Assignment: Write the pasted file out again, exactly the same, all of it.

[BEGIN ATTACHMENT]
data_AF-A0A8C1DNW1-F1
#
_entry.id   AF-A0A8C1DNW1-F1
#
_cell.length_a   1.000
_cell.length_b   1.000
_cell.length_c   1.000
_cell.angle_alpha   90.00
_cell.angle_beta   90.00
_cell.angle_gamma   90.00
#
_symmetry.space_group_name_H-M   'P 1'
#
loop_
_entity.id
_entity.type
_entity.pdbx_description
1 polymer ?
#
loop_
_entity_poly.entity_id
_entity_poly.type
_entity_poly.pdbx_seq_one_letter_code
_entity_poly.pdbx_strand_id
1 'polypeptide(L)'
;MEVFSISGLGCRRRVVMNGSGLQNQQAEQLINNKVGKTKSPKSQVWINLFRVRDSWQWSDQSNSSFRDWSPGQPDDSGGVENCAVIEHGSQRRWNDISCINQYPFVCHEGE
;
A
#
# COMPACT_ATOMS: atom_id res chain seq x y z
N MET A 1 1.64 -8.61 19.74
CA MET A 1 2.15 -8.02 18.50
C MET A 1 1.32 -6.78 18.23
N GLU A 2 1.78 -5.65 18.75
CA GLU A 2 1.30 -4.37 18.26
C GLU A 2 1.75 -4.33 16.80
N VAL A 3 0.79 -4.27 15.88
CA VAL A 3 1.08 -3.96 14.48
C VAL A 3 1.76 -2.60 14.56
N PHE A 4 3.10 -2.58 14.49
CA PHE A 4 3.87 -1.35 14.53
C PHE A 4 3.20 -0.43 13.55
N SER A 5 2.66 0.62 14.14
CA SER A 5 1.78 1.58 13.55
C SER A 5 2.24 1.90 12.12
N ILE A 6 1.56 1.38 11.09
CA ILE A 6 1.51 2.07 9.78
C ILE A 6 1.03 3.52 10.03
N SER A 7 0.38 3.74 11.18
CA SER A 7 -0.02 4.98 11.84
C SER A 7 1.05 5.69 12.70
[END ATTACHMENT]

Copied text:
data_AF-A0A8C1DNW1-F1
#
_entry.id   AF-A0A8C1DNW1-F1
#
_cell.length_a   1.000
_cell.length_b   1.000
_cell.length_c   1.000
_cell.angle_alpha   90.00
_cell.angle_beta   90.00
_cell.angle_gamma   90.00
#
_symmetry.space_group_name_H-M   'P 1'
#
loop_
_entity.id
_entity.type
_entity.pdbx_description
1 polymer ?
#
loop_
_entity_poly.entity_id
_entity_poly.type
_entity_poly.pdbx_seq_one_letter_code
_entity_poly.pdbx_strand_id
1 'polypeptide(L)'
;MEVFSISGLGCRRRVVMNGSGLQNQQAEQLINNKVGKTKSPKSQVWINLFRVRDSWQWSDQSNSSFRDWSPGQPDDSGGVENCAVIEHGSQRRWNDISCINQYPFVCHEGE
;
A
#
# COMPACT_ATOMS: atom_id res chain seq x y z
N MET A 1 1.64 -8.61 19.74
CA MET A 1 2.15 -8.02 18.50
C MET A 1 1.32 -6.78 18.23
N GLU A 2 1.78 -5.65 18.75
CA GLU A 2 1.30 -4.37 18.26
C GLU A 2 1.75 -4.33 16.80
N VAL A 3 0.79 -4.27 15.88
CA VAL A 3 1.08 -3.96 14.48
C VAL A 3 1.76 -2.60 14.56
N PHE A 4 3.10 -2.58 14.49
CA PHE A 4 3.87 -1.35 14.53
C PHE A 4 3.20 -0.43 13.55
N SER A 5 2.66 0.62 14.14
CA SER A 5 1.78 1.58 13.55
C SER A 5 2.24 1.90 12.12
N ILE A 6 1.56 1.38 11.09
CA ILE A 6 1.51 2.07 9.78
C ILE A 6 1.03 3.52 10.03
N SER A 7 0.38 3.74 11.18
CA SER A 7 -0.02 4.98 11.84
C SER A 7 1.05 5.69 12.70